Growing up as a millennial in the early 2000s came with a lot of messaging around "you need to go to university and get a good job."

As kids, we were told we could “do anything we wanted to do,” but as we got older… that became less true.

Most people initially start out trying to turn what they love into a job. They might start out their university career going after those big “unrealistic” dreams. But time and time again we see students end up switching their majors and going after something more “practical.”

They graduate ready to make big money so they can have that ideal version of life we’re told we have to want – Get married, buy a house, have kids.

We end up at our 10 or 20 year reunions surrounded by people we remember wanting to be astronauts, marine biologists and business owners who are now mortgage brokers, accountants or work for the government complaining about their back pain and lack of sleep (#life, am I right?).

What is often funny, is many of us end up cycling back to our initial dreams.

The dreams that were acceptable as children but were considered “unrealistic” when we grew up.

The ones we never really let go of while we worked our boring corporate jobs or the jobs we ended up choosing because they were acceptable enough for society and considered a job where you could make good money.

This was me.

I grew up loving to write. I created stories in my head and told them to my stuffies and I created many “story books” once I learned to write. I kept journals, I read until my eyes felt like they’d drop right out of my head.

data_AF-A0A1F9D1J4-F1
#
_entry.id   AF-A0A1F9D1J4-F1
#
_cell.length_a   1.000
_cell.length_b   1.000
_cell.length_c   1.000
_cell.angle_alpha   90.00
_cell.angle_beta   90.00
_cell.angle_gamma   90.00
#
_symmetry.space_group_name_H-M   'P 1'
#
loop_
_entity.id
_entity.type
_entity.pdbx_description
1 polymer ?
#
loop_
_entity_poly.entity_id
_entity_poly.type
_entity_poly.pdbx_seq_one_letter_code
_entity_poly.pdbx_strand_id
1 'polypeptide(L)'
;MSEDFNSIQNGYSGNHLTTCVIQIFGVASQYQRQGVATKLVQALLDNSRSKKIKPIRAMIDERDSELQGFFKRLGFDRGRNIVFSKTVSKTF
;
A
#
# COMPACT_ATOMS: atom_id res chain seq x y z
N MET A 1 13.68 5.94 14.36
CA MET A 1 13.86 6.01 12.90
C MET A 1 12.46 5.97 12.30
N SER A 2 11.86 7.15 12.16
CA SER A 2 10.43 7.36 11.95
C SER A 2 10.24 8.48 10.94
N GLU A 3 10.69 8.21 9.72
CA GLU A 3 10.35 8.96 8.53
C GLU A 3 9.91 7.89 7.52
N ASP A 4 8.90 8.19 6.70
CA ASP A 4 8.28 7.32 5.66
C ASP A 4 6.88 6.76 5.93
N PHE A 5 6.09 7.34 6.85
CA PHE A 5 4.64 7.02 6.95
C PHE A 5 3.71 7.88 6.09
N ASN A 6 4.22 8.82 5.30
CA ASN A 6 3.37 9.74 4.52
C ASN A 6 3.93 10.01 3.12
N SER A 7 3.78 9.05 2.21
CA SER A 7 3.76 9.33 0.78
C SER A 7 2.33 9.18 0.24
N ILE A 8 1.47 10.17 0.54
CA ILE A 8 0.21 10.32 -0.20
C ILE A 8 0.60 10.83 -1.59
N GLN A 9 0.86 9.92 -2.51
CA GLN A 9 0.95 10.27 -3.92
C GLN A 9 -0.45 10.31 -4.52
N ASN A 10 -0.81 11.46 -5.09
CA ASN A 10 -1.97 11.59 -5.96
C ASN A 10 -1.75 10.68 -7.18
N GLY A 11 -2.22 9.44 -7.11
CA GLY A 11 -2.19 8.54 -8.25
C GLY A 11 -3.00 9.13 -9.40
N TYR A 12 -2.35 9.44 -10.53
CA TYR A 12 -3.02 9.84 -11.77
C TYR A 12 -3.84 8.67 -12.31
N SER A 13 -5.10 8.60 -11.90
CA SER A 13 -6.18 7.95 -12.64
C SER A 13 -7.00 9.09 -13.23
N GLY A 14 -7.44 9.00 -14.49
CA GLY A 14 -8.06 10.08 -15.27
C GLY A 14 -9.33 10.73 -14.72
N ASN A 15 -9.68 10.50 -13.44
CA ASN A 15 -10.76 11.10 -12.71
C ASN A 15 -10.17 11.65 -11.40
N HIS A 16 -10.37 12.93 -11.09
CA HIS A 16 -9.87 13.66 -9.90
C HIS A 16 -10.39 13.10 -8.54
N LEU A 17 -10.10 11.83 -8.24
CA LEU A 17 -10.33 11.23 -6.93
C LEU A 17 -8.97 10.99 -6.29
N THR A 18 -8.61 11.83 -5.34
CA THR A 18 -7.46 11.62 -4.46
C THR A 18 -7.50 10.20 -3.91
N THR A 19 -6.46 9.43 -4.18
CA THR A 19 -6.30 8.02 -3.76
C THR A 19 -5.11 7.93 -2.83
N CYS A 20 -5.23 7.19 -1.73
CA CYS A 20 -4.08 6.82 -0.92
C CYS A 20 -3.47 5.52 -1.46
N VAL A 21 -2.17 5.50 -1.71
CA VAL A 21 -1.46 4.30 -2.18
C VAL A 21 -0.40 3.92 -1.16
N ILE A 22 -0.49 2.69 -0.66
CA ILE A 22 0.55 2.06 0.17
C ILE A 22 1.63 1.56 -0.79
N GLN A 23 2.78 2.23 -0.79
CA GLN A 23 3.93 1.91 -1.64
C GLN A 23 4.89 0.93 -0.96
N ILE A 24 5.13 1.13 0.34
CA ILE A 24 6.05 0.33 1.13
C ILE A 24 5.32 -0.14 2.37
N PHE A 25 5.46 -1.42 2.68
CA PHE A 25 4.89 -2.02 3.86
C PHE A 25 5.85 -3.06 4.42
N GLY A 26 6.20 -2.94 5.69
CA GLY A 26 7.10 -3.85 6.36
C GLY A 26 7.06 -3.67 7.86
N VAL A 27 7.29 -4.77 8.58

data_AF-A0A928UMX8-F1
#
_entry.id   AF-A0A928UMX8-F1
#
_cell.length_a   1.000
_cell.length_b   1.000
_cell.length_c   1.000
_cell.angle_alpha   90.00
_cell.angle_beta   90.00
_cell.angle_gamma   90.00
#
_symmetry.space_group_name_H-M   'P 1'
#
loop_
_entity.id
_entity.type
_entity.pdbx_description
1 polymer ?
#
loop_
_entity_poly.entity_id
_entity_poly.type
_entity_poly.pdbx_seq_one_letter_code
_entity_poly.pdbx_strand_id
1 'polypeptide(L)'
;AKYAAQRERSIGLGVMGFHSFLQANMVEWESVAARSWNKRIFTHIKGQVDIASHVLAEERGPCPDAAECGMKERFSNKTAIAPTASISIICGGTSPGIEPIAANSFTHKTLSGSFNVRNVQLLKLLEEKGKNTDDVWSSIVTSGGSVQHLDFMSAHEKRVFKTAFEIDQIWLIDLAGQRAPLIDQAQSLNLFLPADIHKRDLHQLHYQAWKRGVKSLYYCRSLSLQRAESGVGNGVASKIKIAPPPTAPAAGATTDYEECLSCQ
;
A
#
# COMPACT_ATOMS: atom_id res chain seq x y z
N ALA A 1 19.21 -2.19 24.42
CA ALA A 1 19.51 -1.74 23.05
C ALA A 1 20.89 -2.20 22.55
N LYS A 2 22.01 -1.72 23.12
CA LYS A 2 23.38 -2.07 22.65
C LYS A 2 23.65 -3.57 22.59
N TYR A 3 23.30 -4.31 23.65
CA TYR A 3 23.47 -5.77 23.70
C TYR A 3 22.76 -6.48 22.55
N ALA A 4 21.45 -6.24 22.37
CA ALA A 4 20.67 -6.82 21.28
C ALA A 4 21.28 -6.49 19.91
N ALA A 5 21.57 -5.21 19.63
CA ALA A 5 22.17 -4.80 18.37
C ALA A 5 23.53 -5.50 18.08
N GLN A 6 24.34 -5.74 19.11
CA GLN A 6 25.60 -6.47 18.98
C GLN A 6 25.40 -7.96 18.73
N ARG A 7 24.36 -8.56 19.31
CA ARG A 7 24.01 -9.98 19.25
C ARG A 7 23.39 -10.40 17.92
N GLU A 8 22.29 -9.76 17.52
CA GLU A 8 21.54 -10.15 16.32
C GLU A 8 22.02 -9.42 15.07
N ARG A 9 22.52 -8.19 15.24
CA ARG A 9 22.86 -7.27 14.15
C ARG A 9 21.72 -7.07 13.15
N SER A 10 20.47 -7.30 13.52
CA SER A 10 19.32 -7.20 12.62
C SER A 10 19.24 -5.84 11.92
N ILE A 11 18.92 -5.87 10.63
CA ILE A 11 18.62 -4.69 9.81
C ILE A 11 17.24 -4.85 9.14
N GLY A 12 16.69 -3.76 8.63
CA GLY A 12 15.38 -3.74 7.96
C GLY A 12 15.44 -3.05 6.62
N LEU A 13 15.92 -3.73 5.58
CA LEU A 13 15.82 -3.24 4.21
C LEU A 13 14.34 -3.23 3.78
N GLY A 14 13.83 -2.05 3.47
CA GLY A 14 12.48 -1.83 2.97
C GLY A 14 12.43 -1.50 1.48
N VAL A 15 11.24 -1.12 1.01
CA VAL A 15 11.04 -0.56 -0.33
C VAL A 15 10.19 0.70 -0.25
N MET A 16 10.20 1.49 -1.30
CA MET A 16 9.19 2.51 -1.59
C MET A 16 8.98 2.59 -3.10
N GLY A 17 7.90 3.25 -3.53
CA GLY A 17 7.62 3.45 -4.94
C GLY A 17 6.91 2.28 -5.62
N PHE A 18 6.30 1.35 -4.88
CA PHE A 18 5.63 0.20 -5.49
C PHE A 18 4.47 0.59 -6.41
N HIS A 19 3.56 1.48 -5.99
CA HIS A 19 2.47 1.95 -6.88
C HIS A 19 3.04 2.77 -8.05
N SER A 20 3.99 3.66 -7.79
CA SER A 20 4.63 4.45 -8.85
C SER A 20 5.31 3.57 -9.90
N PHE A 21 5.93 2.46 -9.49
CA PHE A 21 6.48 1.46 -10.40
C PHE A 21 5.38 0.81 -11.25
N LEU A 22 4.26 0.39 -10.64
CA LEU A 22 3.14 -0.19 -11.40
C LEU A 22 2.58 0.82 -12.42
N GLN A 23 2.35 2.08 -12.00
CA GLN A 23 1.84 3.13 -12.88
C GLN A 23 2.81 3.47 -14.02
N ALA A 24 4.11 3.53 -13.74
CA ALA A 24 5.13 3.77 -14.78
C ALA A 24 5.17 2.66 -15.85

I took English Honours and AP English in school and did well (I didn’t excel but that was because later I found out I had neurological deficits that made my time reading and writing extremely difficult and it’s a miracle I can read at all).

But I always thought becoming a writer was a pipe dream and if I couldn’t get an A+ in Advanced Placement English Literature then how would I ever make it in the real world trying to get my work published… Remembering, I was in high school before online business was really a known thing and the job that I currently do didn’t exist in the context that I’m doing it.

So I decided to put that dream aside and consider it “just a passion” and go to school for law (which I seemed to have a knack for… The knowledge side anyway).

But when I was at university I ended up not getting the GPA I needed after my first semester and year and realized I didn’t really want to be a lawyer.

I switched majors more times than I could count (it’s a good thing you don’t declare until third year!).

I ended up with Psychology focusing in Child Development and Disabilities and when I left I immediately was welcomed into the Autism world as a Behaviour Interventionist. I loved that job but there was always something that felt off.

After a while I realized I didn’t like the politics or the values these companies held and I simply wasn’t making a steady enough income (which is funny because a steady income was what so many people said was the reason I should stay).